Editor's Note: For All-Star weekend, born out of the horrific injury inflicted on the Leafs' Ace Bailey, here is a look at one of the greatest Leafs ever. A man so great that he was nicknamed 'King' at a time when there actually was a King in Canada (so to speak)!
Jan 23-25, 2009 - King Clancy
75 years ago, King Clancy played in the first All-Star game - the benefit game for Ace Bailey on Feb 14, 1934. King had been Bailey's teammate and was on the ice killing a penalty with Ace and Red Horner when Eddie Shore put Bailey out of hockey. Three years later, he also skated in the second all-star game - the benefit for the family of Howie Morenz.
For me, Clancy was always the person you'd see sitting with Harold Ballard in the bunker at MLG. You knew that he'd been there more or less forever and he seemed to be the presence that softened Ballard - if King liked him, he couldn't possibly be all that bad. His death in 1986 was a huge blow.
King was one of the early greats in the NHL. It's a shame that these days, all we really have to judge him by are anecdotes and stats. I've only ever seen one clip of him in action, and it was a fight, of all things. There was no Norris Trophy then, and the concept of the year-end All-Star team didn't arise until 1930-31. But the notion of buying a player for $35000 in the depths of the Great Depression tells us all we need to know about the regard in which he was held. When the All-Star teams were first announced, King made the first four of them - twice on the first team, twice on the second.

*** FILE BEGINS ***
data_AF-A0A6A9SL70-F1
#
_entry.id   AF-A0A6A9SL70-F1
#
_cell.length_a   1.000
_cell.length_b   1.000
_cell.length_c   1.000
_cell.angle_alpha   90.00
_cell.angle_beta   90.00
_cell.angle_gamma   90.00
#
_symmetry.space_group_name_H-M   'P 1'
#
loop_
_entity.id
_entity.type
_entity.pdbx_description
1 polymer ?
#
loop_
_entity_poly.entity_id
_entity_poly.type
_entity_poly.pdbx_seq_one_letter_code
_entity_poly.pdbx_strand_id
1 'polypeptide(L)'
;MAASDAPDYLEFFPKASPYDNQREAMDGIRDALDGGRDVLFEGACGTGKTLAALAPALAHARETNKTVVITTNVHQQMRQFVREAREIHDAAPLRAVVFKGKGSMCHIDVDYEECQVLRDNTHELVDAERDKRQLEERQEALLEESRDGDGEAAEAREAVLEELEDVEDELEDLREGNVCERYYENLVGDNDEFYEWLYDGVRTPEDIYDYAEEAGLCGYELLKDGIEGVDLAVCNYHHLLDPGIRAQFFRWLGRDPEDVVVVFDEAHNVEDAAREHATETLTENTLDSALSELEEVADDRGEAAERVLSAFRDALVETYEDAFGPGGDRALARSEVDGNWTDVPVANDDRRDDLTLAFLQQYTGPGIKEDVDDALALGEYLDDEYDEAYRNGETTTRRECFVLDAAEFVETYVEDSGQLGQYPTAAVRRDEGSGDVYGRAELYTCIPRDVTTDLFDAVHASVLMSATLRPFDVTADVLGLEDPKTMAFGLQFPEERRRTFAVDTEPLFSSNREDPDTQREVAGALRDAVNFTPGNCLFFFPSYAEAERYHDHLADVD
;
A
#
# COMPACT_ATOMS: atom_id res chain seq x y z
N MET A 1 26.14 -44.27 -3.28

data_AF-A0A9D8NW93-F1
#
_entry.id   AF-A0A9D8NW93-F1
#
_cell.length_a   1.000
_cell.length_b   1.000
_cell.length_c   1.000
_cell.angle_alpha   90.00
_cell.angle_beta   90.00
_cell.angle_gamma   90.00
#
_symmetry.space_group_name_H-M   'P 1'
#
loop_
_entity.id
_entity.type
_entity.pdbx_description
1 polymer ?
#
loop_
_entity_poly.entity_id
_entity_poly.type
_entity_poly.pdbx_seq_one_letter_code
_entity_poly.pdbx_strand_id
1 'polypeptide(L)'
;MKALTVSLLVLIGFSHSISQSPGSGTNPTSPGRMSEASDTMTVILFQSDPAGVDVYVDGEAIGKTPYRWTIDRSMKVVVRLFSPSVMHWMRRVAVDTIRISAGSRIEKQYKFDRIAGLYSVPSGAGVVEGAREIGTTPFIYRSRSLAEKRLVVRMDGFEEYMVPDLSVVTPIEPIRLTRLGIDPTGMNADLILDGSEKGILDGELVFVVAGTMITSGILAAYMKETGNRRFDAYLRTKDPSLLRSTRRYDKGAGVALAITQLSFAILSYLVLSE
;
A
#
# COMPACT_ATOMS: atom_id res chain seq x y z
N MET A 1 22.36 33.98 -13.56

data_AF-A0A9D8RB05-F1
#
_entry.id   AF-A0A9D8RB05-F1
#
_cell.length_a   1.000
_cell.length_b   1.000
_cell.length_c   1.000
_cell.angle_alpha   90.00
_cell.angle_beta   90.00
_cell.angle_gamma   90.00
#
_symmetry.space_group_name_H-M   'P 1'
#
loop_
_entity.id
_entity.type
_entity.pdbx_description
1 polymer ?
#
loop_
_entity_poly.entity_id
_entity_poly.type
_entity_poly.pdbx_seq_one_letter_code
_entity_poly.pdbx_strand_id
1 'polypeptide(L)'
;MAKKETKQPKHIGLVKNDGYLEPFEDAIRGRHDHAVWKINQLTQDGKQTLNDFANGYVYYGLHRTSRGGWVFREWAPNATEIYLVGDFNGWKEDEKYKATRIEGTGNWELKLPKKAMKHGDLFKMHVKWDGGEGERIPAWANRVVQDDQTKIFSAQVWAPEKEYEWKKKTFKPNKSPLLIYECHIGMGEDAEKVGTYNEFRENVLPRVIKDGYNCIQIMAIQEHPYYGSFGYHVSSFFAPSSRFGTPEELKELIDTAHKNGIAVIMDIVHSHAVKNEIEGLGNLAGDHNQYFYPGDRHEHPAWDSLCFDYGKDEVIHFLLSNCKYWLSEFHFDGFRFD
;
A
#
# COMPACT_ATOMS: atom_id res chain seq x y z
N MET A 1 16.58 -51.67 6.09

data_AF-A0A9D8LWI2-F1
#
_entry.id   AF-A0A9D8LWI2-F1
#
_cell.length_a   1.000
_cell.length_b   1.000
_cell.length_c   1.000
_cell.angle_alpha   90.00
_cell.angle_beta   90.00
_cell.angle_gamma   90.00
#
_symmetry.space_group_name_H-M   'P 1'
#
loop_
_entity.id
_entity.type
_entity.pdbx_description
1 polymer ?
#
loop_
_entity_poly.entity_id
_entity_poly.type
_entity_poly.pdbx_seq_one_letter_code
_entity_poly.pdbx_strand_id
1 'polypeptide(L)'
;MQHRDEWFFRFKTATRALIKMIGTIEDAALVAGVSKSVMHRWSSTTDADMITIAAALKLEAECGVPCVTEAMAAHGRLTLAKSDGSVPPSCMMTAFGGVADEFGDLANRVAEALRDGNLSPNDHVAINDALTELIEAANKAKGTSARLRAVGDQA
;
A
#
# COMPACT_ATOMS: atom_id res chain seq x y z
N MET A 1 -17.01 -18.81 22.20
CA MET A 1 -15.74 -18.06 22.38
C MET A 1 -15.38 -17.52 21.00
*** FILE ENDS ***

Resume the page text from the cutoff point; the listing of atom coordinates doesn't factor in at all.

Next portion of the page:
Aside from brief stints as coach of the Maroons and as an NHL referee, King was basically with the Leafs for 55 years. He did it all. He was one of the few to survive the change in guard from Conn Smythe to the new board and eventually to Harold Ballard. Through it all, he was the happy-go-lucky little Irishman, full of energy and bounce.
King would be called in to coach the Leafs on occasion. The biggest of these times was probably 1966-67. The Leafs were falling apart, having lost ten in a row. Punch Imlach wound up in hospital with nerves. King took over behind the bench and was a breath of fresh air. The team went 7-1-2 with him at the helm, and with the ship righted, went on to win the Stanley Cup.
King would face anything and anyone. When Bernie Parent's mask was pitched into a hostile Rangers crowd at MLG in 1971, it was King who went after it.
Not all his decisions were great ones - King was the one who suggested Imlach's return after Roger Neilson was fired, and Mike Nykoluk found himself saddled with assistant coaches that King met at a golf course. Over 50+ years, there are bound to be a couple of duds.